Daniel Dae Kim on the Academy's New Members: "It Feels Like a Substantive Move"
The 'Lost' actor was among the record-breaking 683 people invited to join the Academy as voting members as a part of the organization's push for more inclusion.
This past week, the Academy of Motion Picture Arts and Sciences handed out 683 invitations to new members, with 46 percent of invitees being women and 41 percent people of color.
The record-breaking number of invitations was in direct response to the uproar surrounding the continued lack of diversity in the Oscar nominations, which spurred the social media campaign #OscarsSoWhite.
Daniel Dae Kim was among this year's invitees, finding out about his invitation through Twitter. "It feels like a really substantive move," the actor said to The Hollywood Reporter. "I give a lot of credit to [AMPAS president] Cheryl Boone Isaacs. She said she was going to make changes and she affected changed immediately."
Despite the historic number of female and minority invitees, Kim noted that the Academy still has a long way to go in terms of achieving better representation within its ranks.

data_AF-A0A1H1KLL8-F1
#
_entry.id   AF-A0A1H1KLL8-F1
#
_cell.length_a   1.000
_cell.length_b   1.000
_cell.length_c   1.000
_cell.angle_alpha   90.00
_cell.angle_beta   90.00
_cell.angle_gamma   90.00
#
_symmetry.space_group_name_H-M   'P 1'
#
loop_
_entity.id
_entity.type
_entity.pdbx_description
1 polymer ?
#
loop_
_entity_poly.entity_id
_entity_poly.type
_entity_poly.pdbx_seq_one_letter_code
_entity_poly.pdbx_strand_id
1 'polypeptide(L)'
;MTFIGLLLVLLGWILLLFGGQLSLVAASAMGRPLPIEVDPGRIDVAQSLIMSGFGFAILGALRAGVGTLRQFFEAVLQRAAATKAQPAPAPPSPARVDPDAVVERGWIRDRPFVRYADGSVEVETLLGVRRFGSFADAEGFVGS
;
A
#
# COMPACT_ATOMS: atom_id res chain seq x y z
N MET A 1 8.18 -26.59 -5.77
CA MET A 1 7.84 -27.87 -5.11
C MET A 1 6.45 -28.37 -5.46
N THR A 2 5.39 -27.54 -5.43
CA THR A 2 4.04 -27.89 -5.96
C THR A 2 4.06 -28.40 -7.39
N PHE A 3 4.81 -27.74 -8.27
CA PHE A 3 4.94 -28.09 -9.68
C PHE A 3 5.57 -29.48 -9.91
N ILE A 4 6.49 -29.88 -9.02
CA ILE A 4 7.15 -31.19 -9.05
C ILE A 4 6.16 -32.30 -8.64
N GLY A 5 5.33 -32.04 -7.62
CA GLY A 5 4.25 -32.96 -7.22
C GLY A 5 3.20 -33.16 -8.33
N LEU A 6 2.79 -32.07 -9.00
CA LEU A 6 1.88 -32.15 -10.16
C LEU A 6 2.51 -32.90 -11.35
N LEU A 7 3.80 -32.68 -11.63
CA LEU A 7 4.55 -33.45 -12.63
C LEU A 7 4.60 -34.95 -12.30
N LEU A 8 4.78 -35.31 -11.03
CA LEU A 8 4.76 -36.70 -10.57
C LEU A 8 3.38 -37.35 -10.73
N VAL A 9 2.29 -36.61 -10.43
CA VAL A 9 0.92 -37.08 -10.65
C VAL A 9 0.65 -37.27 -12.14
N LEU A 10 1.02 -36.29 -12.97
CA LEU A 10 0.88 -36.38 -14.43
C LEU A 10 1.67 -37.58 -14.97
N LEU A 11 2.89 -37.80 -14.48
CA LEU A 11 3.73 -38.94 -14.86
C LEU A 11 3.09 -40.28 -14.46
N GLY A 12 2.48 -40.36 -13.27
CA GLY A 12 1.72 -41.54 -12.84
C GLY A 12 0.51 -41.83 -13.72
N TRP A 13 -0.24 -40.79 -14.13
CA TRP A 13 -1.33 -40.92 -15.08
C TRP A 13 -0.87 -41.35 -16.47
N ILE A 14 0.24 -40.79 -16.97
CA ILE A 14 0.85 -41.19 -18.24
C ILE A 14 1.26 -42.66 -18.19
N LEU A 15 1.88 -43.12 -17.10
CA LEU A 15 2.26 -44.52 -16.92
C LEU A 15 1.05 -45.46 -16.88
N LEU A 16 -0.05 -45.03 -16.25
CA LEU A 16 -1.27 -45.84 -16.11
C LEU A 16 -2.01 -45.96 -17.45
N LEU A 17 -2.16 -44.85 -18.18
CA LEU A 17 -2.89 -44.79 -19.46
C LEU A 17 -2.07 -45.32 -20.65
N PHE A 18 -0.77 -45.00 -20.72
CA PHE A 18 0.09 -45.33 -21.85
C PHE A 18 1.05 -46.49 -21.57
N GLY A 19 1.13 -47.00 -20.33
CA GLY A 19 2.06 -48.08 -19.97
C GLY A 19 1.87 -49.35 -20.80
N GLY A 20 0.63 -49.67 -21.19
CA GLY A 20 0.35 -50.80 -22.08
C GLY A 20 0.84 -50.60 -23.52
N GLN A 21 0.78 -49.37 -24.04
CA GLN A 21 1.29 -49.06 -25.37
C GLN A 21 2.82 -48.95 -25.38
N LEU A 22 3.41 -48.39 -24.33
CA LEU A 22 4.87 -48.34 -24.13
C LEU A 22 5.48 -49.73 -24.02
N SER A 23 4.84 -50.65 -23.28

"[This class] only changes the makeup of the Academy by two or three percentage points, which gives you an idea of how lopsided the representation was to begin with," he said. "I am not sure if we can expect future classes of invitees to be as diverse, but I think it is a positive sign."
Prior to this list of prospective members, the Academy was 92 percent white and 75 percent male. With this new membership, the numbers would shift to 89 percent and 73 percent, respectively.
Invitees include 24-year-old Star Wars star John Boyega as well as up-and-coming director Marielle Heller and Broadway vet Patti LuPone. Concerns have been voiced that some of the invitees do not have to proper credits to determine the Oscars.
"There have been a lot of complaints that the new invitees have a lot of credits that aren't necessarily film, but I don't see that as an issue," said Kim. "Those who are working in the industry go back and forth between film, TV and theater, so I think all of us will take the responsibility seriously."
He added: "Not to mention TV is more diverse than film, so you are going to have better representation with those who work in television."
Kim is one of such crossover actors, currently starring on CBS' Hawaii 5-0 and appearing on the big screen this year in the Divergent film Allegiant, as well as recently headlining the Broadway revival of The King and I.
When asked about his new responsibility, Kim said, "First and foremost I will be looking for quality entertainment. Diversity is not going to replace the top priority, which is to honor achievements in filmmaking. At the same time, I will keep an eye for the stories of the underrepresented and whose stories we haven't heard yet."